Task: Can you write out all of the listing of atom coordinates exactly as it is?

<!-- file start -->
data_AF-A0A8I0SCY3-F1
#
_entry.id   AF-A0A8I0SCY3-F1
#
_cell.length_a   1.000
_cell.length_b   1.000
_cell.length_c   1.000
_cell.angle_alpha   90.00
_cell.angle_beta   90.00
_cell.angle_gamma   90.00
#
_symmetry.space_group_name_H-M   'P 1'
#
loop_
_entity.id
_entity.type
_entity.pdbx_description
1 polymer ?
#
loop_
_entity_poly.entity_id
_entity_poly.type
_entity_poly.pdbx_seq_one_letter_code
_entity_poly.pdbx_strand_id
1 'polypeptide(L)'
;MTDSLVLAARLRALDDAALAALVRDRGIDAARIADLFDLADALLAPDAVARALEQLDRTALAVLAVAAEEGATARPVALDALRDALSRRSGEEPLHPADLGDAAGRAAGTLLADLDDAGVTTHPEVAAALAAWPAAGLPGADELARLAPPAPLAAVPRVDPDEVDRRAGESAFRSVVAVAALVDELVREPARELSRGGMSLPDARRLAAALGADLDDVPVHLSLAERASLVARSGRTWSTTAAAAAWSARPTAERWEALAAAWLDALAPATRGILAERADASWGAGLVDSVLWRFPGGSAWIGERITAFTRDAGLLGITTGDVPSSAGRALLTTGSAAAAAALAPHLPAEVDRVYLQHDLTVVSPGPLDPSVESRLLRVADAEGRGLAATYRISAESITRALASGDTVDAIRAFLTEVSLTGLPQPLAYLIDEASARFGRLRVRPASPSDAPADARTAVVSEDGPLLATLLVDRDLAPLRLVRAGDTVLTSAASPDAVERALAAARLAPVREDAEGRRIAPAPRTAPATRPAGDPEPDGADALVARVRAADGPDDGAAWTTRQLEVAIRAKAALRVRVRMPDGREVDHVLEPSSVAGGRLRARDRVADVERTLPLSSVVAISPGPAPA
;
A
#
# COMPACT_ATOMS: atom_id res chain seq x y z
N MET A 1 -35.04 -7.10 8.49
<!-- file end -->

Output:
data_AF-A0A8I0SCY3-F1
#
_entry.id   AF-A0A8I0SCY3-F1
#
_cell.length_a   1.000
_cell.length_b   1.000
_cell.length_c   1.000
_cell.angle_alpha   90.00
_cell.angle_beta   90.00
_cell.angle_gamma   90.00
#
_symmetry.space_group_name_H-M   'P 1'
#
loop_
_entity.id
_entity.type
_entity.pdbx_description
1 polymer ?
#
loop_
_entity_poly.entity_id
_entity_poly.type
_entity_poly.pdbx_seq_one_letter_code
_entity_poly.pdbx_strand_id
1 'polypeptide(L)'
;MTDSLVLAARLRALDDAALAALVRDRGIDAARIADLFDLADALLAPDAVARALEQLDRTALAVLAVAAEEGATARPVALDALRDALSRRSGEEPLHPADLGDAAGRAAGTLLADLDDAGVTTHPEVAAALAAWPAAGLPGADELARLAPPAPLAAVPRVDPDEVDRRAGESAFRSVVAVAALVDELVREPARELSRGGMSLPDARRLAAALGADLDDVPVHLSLAERASLVARSGRTWSTTAAAAAWSARPTAERWEALAAAWLDALAPATRGILAERADASWGAGLVDSVLWRFPGGSAWIGERITAFTRDAGLLGITTGDVPSSAGRALLTTGSAAAAAALAPHLPAEVDRVYLQHDLTVVSPGPLDPSVESRLLRVADAEGRGLAATYRISAESITRALASGDTVDAIRAFLTEVSLTGLPQPLAYLIDEASARFGRLRVRPASPSDAPADARTAVVSEDGPLLATLLVDRDLAPLRLVRAGDTVLTSAASPDAVERALAAARLAPVREDAEGRRIAPAPRTAPATRPAGDPEPDGADALVARVRAADGPDDGAAWTTRQLEVAIRAKAALRVRVRMPDGREVDHVLEPSSVAGGRLRARDRVADVERTLPLSSVVAISPGPAPA
;
A
#
# COMPACT_ATOMS: atom_id res chain seq x y z
N MET A 1 -35.04 -7.10 8.49